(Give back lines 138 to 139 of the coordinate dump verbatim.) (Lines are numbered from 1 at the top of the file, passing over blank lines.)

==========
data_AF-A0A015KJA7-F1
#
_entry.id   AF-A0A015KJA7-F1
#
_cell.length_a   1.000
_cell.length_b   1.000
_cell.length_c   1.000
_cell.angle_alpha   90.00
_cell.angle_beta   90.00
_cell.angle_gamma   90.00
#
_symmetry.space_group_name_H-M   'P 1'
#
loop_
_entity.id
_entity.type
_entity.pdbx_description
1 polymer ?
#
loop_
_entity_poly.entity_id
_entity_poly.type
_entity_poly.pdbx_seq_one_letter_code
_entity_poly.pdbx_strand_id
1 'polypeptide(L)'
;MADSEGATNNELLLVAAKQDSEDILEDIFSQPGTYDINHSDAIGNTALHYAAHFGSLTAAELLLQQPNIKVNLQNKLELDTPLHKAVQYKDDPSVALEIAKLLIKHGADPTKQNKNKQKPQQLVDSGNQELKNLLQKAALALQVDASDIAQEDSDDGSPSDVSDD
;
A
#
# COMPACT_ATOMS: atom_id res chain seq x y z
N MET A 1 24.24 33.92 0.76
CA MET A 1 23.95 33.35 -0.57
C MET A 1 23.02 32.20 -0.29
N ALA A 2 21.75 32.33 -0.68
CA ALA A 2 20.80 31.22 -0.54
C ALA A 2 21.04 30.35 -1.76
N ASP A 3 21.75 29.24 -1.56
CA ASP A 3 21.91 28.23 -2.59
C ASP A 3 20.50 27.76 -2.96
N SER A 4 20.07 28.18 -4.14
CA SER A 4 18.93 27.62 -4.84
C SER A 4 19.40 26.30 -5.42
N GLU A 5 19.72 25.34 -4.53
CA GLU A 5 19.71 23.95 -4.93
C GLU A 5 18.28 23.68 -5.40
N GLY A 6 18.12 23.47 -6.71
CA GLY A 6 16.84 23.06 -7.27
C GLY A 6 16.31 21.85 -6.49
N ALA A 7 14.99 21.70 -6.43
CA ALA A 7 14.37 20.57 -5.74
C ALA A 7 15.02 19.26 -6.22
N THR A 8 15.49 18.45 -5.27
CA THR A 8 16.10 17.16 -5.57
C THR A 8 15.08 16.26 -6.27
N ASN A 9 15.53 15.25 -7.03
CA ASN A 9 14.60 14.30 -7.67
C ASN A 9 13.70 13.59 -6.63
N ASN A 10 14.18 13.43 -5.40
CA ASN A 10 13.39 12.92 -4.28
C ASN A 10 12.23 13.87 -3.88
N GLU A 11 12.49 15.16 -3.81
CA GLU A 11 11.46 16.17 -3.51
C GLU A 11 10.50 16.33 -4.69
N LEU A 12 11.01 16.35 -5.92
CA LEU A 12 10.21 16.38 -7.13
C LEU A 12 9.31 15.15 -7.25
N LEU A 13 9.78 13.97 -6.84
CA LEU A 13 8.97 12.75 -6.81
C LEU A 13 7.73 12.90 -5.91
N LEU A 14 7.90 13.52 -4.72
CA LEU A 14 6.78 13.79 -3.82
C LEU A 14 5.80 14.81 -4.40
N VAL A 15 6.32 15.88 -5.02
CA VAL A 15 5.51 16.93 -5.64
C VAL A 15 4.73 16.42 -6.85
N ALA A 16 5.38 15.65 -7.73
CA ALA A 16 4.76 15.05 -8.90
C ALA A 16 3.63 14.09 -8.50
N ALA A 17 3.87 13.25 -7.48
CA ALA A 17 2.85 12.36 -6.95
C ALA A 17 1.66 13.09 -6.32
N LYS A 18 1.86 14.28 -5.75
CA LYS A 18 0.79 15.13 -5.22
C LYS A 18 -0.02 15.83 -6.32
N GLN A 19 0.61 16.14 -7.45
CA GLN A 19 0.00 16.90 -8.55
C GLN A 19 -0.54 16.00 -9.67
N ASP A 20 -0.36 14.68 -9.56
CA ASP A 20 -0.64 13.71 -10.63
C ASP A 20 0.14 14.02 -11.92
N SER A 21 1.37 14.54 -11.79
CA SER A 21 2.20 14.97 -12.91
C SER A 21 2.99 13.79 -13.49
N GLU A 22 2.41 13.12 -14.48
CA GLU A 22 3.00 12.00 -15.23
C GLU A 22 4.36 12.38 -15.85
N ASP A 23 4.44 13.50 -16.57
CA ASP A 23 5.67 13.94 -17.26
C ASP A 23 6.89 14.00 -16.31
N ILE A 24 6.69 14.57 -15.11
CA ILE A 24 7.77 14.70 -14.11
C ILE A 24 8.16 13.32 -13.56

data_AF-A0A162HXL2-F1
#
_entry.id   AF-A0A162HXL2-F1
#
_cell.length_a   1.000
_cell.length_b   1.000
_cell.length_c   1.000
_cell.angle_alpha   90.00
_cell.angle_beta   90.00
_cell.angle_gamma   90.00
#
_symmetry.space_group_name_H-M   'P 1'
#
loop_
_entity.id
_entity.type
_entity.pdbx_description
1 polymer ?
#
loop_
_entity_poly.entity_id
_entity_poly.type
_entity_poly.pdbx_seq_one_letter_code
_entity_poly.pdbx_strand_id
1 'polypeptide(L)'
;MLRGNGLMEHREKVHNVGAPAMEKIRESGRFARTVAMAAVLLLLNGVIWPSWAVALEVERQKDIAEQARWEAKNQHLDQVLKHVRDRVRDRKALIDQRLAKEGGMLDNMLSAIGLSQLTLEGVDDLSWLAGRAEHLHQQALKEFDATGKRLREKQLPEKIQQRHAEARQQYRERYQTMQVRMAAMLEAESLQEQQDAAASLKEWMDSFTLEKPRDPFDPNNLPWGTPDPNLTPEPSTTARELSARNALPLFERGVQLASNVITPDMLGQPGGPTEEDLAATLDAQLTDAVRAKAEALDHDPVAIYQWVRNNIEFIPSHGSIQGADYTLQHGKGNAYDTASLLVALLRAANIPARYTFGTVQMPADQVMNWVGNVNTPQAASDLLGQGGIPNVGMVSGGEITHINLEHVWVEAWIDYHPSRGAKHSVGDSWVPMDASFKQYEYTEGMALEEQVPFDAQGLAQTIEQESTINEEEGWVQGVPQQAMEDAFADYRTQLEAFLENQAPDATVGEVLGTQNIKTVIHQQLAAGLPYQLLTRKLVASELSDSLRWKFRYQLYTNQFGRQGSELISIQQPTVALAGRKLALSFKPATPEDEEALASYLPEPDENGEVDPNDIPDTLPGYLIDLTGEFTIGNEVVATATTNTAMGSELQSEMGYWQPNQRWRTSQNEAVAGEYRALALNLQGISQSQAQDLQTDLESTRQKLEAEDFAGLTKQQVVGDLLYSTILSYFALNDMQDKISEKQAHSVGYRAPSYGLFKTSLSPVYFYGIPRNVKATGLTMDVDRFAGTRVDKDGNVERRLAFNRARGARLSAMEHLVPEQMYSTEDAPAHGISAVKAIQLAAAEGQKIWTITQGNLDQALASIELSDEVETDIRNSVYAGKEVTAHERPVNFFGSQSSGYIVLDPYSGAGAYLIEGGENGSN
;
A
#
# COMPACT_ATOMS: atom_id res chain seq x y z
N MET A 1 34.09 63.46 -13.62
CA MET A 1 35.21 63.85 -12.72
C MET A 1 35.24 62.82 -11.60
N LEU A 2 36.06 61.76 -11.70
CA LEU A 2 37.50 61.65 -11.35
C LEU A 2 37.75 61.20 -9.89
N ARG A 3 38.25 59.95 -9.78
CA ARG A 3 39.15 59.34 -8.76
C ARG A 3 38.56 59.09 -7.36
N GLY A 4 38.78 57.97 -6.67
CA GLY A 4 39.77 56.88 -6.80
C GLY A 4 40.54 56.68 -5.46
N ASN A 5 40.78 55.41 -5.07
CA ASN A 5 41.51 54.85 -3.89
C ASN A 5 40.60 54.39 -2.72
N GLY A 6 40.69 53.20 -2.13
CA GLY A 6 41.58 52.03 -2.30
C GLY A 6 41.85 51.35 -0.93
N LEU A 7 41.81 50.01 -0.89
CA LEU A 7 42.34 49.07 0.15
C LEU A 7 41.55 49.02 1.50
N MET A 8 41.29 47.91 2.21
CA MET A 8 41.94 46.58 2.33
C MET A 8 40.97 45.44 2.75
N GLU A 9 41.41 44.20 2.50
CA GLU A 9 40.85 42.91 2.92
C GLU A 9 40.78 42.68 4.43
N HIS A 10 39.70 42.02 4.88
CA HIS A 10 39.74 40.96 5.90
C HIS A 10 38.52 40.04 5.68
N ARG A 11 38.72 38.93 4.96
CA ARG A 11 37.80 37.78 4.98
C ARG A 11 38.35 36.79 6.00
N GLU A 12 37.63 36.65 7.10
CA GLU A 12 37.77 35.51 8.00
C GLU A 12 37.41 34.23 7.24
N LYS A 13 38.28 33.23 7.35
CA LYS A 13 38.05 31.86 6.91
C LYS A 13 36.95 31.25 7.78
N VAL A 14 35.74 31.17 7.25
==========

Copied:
C LEU A 2 37.75 61.20 -9.89
N ARG A 3 38.25 59.95 -9.78